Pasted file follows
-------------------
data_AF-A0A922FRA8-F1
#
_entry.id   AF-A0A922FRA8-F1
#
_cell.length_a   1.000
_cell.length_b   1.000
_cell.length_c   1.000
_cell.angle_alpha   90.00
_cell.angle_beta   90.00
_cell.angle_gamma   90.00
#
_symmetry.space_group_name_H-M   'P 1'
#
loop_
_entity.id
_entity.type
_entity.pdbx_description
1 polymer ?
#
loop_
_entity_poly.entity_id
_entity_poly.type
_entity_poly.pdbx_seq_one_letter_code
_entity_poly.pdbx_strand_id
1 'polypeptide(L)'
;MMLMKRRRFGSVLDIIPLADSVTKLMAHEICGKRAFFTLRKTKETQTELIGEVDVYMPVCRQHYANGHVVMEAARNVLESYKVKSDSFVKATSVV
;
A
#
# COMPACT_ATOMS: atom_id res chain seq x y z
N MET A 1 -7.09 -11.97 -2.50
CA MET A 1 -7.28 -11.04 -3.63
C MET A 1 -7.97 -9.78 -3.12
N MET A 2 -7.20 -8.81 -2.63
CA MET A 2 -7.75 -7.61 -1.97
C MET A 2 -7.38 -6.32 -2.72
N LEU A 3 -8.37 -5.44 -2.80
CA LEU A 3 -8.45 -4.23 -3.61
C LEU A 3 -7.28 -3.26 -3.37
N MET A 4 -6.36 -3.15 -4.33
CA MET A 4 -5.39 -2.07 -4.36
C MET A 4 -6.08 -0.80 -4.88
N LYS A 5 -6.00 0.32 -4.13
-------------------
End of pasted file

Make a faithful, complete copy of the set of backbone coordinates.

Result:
data_AF-A0A922FRA8-F1
#
_entry.id   AF-A0A922FRA8-F1
#
_cell.length_a   1.000
_cell.length_b   1.000
_cell.length_c   1.000
_cell.angle_alpha   90.00
_cell.angle_beta   90.00
_cell.angle_gamma   90.00
#
_symmetry.space_group_name_H-M   'P 1'
#
loop_
_entity.id
_entity.type
_entity.pdbx_description
1 polymer ?
#
loop_
_entity_poly.entity_id
_entity_poly.type
_entity_poly.pdbx_seq_one_letter_code
_entity_poly.pdbx_strand_id
1 'polypeptide(L)'
;MMLMKRRRFGSVLDIIPLADSVTKLMAHEICGKRAFFTLRKTKETQTELIGEVDVYMPVCRQHYANGHVVMEAARNVLESYKVKSDSFVKATSVV
;
A
#
# COMPACT_ATOMS: atom_id res chain seq x y z
N MET A 1 -7.09 -11.97 -2.50
CA MET A 1 -7.28 -11.04 -3.63
C MET A 1 -7.97 -9.78 -3.12
N MET A 2 -7.20 -8.81 -2.63
CA MET A 2 -7.75 -7.61 -1.97
C MET A 2 -7.38 -6.32 -2.72
N LEU A 3 -8.37 -5.44 -2.80
CA LEU A 3 -8.45 -4.23 -3.61
C LEU A 3 -7.28 -3.26 -3.37
N MET A 4 -6.36 -3.15 -4.33
CA MET A 4 -5.39 -2.07 -4.36
C MET A 4 -6.08 -0.80 -4.88
N LYS A 5 -6.00 0.32 -4.13